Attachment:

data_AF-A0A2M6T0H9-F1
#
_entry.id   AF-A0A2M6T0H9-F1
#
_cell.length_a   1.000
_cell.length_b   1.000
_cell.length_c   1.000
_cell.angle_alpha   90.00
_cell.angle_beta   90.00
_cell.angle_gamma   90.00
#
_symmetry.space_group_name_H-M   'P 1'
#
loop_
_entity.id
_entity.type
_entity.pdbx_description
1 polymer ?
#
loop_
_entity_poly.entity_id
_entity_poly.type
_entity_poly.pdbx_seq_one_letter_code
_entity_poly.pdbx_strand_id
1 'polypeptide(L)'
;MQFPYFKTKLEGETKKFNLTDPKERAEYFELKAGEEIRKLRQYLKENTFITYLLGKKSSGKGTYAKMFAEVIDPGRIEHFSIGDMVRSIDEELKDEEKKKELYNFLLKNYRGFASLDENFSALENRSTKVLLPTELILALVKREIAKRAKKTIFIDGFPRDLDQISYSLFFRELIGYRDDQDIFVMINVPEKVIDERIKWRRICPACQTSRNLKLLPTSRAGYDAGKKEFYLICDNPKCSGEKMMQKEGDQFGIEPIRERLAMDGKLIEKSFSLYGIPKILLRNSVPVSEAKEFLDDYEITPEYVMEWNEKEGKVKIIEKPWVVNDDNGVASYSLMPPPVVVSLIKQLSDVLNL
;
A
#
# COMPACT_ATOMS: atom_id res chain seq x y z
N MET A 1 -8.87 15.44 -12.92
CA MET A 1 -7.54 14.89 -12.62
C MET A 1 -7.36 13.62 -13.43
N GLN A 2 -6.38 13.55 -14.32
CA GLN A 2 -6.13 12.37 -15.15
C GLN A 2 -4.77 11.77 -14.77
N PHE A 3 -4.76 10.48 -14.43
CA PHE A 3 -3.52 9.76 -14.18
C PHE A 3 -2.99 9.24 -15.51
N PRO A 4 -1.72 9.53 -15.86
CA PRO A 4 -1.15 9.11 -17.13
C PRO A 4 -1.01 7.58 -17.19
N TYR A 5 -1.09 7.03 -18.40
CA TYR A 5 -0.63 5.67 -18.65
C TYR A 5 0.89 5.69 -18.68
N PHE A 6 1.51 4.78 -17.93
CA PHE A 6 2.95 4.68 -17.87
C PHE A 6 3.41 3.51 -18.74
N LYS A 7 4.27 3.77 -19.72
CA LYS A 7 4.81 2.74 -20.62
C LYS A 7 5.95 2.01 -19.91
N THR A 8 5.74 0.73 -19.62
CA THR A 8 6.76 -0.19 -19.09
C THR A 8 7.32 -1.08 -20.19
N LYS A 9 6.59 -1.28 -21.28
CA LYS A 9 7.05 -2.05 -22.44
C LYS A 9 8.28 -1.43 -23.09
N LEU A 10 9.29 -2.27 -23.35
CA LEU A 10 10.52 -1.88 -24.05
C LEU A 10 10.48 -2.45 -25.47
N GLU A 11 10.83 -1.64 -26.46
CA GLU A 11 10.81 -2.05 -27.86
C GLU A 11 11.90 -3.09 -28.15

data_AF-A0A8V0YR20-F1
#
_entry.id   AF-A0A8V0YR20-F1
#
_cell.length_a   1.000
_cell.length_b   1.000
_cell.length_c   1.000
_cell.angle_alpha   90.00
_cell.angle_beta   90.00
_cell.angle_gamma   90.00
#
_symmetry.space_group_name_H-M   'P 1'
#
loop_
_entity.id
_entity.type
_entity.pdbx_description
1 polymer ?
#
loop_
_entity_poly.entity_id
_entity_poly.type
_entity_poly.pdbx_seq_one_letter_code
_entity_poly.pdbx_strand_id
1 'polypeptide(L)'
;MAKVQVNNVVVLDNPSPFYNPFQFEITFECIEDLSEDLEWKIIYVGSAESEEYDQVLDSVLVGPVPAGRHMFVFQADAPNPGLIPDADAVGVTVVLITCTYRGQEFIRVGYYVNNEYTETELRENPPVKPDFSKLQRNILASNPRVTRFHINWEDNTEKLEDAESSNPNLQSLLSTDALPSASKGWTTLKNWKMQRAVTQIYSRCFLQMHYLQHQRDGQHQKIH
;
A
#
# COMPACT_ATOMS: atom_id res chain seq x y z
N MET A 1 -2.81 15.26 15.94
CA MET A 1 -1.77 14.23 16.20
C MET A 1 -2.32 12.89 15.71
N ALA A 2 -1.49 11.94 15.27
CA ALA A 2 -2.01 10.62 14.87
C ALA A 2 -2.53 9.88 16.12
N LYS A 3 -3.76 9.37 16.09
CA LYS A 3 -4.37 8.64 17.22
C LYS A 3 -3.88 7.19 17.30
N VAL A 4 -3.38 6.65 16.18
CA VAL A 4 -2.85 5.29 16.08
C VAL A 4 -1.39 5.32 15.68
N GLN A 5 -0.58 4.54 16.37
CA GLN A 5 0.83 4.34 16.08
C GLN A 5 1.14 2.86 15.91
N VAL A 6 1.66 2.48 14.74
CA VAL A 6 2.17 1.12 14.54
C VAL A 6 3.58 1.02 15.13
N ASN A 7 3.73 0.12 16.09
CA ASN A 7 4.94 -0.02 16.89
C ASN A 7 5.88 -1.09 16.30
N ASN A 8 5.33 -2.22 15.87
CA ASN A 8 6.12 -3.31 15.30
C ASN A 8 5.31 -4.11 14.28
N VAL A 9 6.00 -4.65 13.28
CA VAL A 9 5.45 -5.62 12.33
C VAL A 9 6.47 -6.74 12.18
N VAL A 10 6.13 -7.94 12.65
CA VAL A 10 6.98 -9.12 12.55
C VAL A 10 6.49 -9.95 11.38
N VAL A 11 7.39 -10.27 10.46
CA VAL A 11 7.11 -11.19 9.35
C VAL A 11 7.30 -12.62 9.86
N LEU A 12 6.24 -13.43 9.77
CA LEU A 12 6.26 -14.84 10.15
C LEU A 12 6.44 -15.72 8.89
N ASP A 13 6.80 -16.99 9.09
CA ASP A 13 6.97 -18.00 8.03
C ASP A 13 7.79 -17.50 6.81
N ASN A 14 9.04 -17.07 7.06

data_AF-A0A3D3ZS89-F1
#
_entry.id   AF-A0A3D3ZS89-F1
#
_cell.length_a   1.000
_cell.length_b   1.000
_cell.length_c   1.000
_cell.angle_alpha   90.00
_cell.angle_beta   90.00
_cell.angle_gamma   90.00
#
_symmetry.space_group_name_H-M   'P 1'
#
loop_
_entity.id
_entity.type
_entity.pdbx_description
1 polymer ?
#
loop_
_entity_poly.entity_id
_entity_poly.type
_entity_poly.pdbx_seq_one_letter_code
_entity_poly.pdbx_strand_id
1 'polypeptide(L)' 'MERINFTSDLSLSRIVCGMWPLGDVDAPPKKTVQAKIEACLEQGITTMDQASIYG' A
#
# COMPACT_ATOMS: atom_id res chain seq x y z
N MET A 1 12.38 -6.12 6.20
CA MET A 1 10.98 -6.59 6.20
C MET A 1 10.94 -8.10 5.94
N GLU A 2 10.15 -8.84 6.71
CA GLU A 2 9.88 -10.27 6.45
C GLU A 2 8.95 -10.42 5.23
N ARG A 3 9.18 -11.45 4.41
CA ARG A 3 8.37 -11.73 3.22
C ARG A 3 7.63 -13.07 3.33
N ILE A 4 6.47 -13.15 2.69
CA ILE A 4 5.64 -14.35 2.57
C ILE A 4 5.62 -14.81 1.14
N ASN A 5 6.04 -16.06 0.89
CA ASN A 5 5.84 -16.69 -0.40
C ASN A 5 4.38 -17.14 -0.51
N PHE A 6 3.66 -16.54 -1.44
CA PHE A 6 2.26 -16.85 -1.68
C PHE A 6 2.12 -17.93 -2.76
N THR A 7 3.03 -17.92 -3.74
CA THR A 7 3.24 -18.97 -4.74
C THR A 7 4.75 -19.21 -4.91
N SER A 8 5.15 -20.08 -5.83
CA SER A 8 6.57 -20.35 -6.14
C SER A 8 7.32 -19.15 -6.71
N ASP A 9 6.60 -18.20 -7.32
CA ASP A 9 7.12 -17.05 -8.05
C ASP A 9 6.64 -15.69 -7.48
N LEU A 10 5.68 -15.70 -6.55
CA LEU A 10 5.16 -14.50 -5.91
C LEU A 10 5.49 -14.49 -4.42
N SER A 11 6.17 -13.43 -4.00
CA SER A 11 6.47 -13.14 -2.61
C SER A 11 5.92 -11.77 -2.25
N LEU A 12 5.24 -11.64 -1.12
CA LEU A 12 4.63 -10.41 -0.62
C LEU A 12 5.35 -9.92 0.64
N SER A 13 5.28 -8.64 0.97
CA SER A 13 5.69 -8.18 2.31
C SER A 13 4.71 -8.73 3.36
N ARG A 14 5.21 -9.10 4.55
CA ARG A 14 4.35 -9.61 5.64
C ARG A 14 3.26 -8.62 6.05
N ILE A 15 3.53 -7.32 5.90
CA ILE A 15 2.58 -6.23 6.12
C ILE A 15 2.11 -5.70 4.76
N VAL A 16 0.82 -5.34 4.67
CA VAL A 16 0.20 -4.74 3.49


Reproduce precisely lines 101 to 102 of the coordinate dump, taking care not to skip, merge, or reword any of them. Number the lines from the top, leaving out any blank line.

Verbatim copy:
CA LYS A 3 -4.37 8.64 17.22
C LYS A 3 -3.88 7.19 17.30